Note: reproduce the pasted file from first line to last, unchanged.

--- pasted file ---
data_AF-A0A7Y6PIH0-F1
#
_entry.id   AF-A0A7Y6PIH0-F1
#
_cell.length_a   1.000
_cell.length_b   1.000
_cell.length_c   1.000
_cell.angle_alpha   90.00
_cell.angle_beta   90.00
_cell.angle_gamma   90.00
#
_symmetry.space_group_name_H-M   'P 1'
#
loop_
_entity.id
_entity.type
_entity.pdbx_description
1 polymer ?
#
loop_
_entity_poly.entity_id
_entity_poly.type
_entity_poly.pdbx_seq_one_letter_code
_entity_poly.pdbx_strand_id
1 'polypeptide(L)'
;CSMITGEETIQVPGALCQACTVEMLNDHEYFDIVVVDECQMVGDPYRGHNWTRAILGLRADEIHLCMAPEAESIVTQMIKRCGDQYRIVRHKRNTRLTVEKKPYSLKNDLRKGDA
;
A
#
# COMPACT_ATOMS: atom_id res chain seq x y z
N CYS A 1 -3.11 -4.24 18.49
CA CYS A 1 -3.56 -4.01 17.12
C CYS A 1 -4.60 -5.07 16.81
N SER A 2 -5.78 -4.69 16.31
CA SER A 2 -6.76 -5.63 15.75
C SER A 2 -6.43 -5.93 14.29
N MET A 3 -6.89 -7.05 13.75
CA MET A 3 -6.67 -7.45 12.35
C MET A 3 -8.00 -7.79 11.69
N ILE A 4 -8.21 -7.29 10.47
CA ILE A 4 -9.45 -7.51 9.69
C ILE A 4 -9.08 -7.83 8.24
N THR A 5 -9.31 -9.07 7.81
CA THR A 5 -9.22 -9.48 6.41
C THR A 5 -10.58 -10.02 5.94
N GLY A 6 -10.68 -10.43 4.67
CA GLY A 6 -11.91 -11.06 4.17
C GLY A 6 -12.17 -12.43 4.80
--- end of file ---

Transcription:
data_AF-A0A7Y6PIH0-F1
#
_entry.id   AF-A0A7Y6PIH0-F1
#
_cell.length_a   1.000
_cell.length_b   1.000
_cell.length_c   1.000
_cell.angle_alpha   90.00
_cell.angle_beta   90.00
_cell.angle_gamma   90.00
#
_symmetry.space_group_name_H-M   'P 1'
#
loop_
_entity.id
_entity.type
_entity.pdbx_description
1 polymer ?
#
loop_
_entity_poly.entity_id
_entity_poly.type
_entity_poly.pdbx_seq_one_letter_code
_entity_poly.pdbx_strand_id
1 'polypeptide(L)'
;CSMITGEETIQVPGALCQACTVEMLNDHEYFDIVVVDECQMVGDPYRGHNWTRAILGLRADEIHLCMAPEAESIVTQMIKRCGDQYRIVRHKRNTRLTVEKKPYSLKNDLRKGDA
;
A
#
# COMPACT_ATOMS: atom_id res chain seq x y z
N CYS A 1 -3.11 -4.24 18.49
CA CYS A 1 -3.56 -4.01 17.12
C CYS A 1 -4.60 -5.07 16.81
N SER A 2 -5.78 -4.69 16.31
CA SER A 2 -6.76 -5.63 15.75
C SER A 2 -6.43 -5.93 14.29
N MET A 3 -6.89 -7.05 13.75
CA MET A 3 -6.67 -7.45 12.35
C MET A 3 -8.00 -7.79 11.69
N ILE A 4 -8.21 -7.29 10.47
CA ILE A 4 -9.45 -7.51 9.69
C ILE A 4 -9.08 -7.83 8.24
N THR A 5 -9.31 -9.07 7.81
CA THR A 5 -9.22 -9.48 6.41
C THR A 5 -10.58 -10.02 5.94
N GLY A 6 -10.68 -10.43 4.67
CA GLY A 6 -11.91 -11.06 4.17
C GLY A 6 -12.17 -12.43 4.80